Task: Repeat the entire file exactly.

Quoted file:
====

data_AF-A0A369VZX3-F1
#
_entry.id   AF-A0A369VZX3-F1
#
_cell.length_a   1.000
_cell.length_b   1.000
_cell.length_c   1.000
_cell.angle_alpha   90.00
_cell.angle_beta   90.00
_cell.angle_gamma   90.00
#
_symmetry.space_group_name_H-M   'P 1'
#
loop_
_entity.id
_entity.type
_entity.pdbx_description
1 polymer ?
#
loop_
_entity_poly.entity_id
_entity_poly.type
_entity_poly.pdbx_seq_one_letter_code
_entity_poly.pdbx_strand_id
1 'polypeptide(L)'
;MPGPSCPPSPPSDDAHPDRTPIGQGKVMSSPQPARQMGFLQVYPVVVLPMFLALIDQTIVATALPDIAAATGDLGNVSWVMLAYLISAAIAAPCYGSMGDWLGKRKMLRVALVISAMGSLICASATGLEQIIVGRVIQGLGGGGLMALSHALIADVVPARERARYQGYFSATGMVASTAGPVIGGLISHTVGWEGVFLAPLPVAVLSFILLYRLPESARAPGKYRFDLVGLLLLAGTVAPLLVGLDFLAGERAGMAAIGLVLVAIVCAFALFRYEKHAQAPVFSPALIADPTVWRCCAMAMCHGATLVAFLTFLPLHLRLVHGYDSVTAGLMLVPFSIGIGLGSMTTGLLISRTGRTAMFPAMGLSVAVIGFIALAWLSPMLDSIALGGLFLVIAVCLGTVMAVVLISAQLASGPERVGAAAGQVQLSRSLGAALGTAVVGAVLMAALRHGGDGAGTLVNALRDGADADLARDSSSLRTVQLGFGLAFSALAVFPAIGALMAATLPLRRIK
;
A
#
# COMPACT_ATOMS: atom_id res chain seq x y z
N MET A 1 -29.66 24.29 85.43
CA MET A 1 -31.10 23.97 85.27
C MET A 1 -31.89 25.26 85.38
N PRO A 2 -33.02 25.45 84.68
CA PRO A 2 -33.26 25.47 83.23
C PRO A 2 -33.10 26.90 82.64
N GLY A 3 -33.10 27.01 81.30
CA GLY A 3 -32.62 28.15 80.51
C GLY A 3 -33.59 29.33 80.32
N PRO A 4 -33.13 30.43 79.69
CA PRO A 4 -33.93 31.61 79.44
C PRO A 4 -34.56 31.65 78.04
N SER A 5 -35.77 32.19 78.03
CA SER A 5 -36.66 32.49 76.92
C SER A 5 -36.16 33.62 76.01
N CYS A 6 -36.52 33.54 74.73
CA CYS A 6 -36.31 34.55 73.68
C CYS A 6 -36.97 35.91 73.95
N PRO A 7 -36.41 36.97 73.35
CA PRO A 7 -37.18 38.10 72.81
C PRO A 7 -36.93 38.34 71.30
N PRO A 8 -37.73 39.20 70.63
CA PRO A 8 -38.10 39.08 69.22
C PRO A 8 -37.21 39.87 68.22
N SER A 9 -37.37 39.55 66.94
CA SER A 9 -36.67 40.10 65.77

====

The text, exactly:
data_AF-A0A369VZX3-F1
#
_entry.id   AF-A0A369VZX3-F1
#
_cell.length_a   1.000
_cell.length_b   1.000
_cell.length_c   1.000
_cell.angle_alpha   90.00
_cell.angle_beta   90.00
_cell.angle_gamma   90.00
#
_symmetry.space_group_name_H-M   'P 1'
#
loop_
_entity.id
_entity.type
_entity.pdbx_description
1 polymer ?
#
loop_
_entity_poly.entity_id
_entity_poly.type
_entity_poly.pdbx_seq_one_letter_code
_entity_poly.pdbx_strand_id
1 'polypeptide(L)'
;MPGPSCPPSPPSDDAHPDRTPIGQGKVMSSPQPARQMGFLQVYPVVVLPMFLALIDQTIVATALPDIAAATGDLGNVSWVMLAYLISAAIAAPCYGSMGDWLGKRKMLRVALVISAMGSLICASATGLEQIIVGRVIQGLGGGGLMALSHALIADVVPARERARYQGYFSATGMVASTAGPVIGGLISHTVGWEGVFLAPLPVAVLSFILLYRLPESARAPGKYRFDLVGLLLLAGTVAPLLVGLDFLAGERAGMAAIGLVLVAIVCAFALFRYEKHAQAPVFSPALIADPTVWRCCAMAMCHGATLVAFLTFLPLHLRLVHGYDSVTAGLMLVPFSIGIGLGSMTTGLLISRTGRTAMFPAMGLSVAVIGFIALAWLSPMLDSIALGGLFLVIAVCLGTVMAVVLISAQLASGPERVGAAAGQVQLSRSLGAALGTAVVGAVLMAALRHGGDGAGTLVNALRDGADADLARDSSSLRTVQLGFGLAFSALAVFPAIGALMAATLPLRRIK
;
A
#
# COMPACT_ATOMS: atom_id res chain seq x y z
N MET A 1 -29.66 24.29 85.43
CA MET A 1 -31.10 23.97 85.27
C MET A 1 -31.89 25.26 85.38
N PRO A 2 -33.02 25.45 84.68
CA PRO A 2 -33.26 25.47 83.23
C PRO A 2 -33.10 26.90 82.64
N GLY A 3 -33.10 27.01 81.30
CA GLY A 3 -32.62 28.15 80.51
C GLY A 3 -33.59 29.33 80.32
N PRO A 4 -33.13 30.43 79.69
CA PRO A 4 -33.93 31.61 79.44
C PRO A 4 -34.56 31.65 78.04
N SER A 5 -35.77 32.19 78.03
CA SER A 5 -36.66 32.49 76.92
C SER A 5 -36.16 33.62 76.01
N CYS A 6 -36.52 33.54 74.73
CA CYS A 6 -36.31 34.55 73.68
C CYS A 6 -36.97 35.91 73.95
N PRO A 7 -36.41 36.97 73.35
CA PRO A 7 -37.18 38.10 72.81
C PRO A 7 -36.93 38.34 71.30
N PRO A 8 -37.73 39.20 70.63
CA PRO A 8 -38.10 39.08 69.22
C PRO A 8 -37.21 39.87 68.22
N SER A 9 -37.37 39.55 66.94
CA SER A 9 -36.67 40.10 65.77